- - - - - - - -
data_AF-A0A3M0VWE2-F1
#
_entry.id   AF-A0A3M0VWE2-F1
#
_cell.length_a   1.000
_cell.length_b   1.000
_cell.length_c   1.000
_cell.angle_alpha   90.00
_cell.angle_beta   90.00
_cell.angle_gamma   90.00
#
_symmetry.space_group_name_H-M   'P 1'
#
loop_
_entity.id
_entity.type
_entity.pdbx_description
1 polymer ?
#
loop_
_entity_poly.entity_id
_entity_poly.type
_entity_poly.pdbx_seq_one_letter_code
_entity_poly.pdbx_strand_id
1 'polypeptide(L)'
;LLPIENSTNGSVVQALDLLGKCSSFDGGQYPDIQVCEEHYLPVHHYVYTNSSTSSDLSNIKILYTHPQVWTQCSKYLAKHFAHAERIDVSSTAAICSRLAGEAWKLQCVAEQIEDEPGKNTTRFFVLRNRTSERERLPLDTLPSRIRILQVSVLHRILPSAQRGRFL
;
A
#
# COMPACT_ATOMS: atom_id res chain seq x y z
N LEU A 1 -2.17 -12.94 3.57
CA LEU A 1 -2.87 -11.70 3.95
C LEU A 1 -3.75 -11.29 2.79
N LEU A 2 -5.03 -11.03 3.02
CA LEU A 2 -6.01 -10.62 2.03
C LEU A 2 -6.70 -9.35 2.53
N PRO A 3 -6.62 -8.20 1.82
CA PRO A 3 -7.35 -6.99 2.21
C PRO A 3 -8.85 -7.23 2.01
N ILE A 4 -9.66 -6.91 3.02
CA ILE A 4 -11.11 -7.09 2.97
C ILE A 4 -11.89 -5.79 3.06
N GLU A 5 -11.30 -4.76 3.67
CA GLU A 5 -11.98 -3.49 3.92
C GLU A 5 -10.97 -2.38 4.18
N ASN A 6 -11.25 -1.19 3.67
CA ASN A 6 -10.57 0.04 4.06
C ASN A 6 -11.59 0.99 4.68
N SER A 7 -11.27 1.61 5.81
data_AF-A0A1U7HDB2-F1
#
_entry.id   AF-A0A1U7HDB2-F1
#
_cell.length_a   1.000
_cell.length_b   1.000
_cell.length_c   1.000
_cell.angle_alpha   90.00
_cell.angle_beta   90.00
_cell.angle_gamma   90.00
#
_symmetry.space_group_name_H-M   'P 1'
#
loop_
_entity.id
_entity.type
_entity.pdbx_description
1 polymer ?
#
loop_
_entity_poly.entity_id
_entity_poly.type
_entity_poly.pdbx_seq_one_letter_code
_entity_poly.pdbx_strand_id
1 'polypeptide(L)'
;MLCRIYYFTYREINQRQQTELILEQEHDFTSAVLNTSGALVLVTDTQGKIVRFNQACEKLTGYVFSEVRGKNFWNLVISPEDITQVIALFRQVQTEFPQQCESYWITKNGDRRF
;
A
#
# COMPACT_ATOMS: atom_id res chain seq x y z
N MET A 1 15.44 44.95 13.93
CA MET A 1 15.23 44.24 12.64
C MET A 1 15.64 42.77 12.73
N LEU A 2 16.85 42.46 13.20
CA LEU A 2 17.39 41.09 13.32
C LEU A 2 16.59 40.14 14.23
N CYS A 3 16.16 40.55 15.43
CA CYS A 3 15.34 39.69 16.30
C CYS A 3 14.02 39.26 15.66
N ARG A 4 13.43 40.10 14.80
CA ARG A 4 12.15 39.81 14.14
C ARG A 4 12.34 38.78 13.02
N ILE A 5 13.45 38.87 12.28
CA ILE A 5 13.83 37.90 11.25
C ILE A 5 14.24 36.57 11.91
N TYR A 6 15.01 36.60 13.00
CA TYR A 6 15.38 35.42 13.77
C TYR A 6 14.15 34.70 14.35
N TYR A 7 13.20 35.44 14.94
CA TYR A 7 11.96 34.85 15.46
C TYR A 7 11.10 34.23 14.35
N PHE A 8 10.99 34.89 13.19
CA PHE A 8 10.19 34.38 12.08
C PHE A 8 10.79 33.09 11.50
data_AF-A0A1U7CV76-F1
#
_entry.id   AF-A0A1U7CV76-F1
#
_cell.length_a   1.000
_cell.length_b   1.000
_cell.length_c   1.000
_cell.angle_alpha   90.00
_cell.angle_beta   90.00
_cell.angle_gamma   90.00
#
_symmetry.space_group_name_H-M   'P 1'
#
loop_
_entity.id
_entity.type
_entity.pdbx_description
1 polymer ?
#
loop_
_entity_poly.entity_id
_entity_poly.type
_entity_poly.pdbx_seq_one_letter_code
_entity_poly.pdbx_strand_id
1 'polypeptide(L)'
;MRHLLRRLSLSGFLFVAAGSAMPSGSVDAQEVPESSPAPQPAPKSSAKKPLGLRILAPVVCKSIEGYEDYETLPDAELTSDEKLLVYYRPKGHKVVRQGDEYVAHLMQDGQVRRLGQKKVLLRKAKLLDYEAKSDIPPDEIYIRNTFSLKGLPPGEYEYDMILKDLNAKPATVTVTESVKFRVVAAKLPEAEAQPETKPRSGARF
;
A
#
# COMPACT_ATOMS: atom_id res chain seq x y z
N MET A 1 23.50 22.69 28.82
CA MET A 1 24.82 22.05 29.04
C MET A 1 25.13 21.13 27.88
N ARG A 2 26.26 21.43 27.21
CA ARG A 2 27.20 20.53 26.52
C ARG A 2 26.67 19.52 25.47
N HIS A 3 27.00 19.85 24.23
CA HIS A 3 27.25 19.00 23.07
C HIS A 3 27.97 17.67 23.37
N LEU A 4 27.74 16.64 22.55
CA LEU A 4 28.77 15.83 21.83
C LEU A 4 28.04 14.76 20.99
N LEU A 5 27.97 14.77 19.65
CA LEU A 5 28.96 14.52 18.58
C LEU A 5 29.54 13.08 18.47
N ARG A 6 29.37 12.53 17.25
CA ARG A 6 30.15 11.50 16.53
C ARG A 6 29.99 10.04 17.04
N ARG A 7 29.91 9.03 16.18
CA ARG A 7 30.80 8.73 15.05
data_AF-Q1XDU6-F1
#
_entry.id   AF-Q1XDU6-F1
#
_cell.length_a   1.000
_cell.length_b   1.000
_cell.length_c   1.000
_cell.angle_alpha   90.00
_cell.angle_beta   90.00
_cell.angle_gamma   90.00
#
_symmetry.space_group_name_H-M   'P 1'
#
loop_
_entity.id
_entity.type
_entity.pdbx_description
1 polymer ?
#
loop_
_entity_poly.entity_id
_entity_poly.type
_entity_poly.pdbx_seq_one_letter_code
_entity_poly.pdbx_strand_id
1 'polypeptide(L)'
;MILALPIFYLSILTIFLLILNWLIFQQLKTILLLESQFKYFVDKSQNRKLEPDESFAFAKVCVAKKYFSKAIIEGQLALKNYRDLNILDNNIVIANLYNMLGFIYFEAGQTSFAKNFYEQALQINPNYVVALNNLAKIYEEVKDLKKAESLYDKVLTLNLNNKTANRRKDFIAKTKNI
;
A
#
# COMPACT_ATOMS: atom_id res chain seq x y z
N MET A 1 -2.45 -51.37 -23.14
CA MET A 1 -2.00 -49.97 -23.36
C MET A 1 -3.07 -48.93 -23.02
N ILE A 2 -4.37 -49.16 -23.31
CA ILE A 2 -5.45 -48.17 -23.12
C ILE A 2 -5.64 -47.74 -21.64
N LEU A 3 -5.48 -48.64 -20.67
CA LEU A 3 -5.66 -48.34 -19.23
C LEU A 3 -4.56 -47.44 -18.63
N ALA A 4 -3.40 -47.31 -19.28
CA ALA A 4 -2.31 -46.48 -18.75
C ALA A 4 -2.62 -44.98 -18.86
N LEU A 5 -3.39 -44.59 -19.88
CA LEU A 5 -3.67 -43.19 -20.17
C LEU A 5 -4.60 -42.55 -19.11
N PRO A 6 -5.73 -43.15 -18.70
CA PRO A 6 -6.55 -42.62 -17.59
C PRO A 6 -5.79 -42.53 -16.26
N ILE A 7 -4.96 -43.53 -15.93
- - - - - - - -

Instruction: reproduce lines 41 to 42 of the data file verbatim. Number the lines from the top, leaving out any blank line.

CA ILE A 4 -11.11 -7.09 2.97
C ILE A 4 -11.89 -5.79 3.06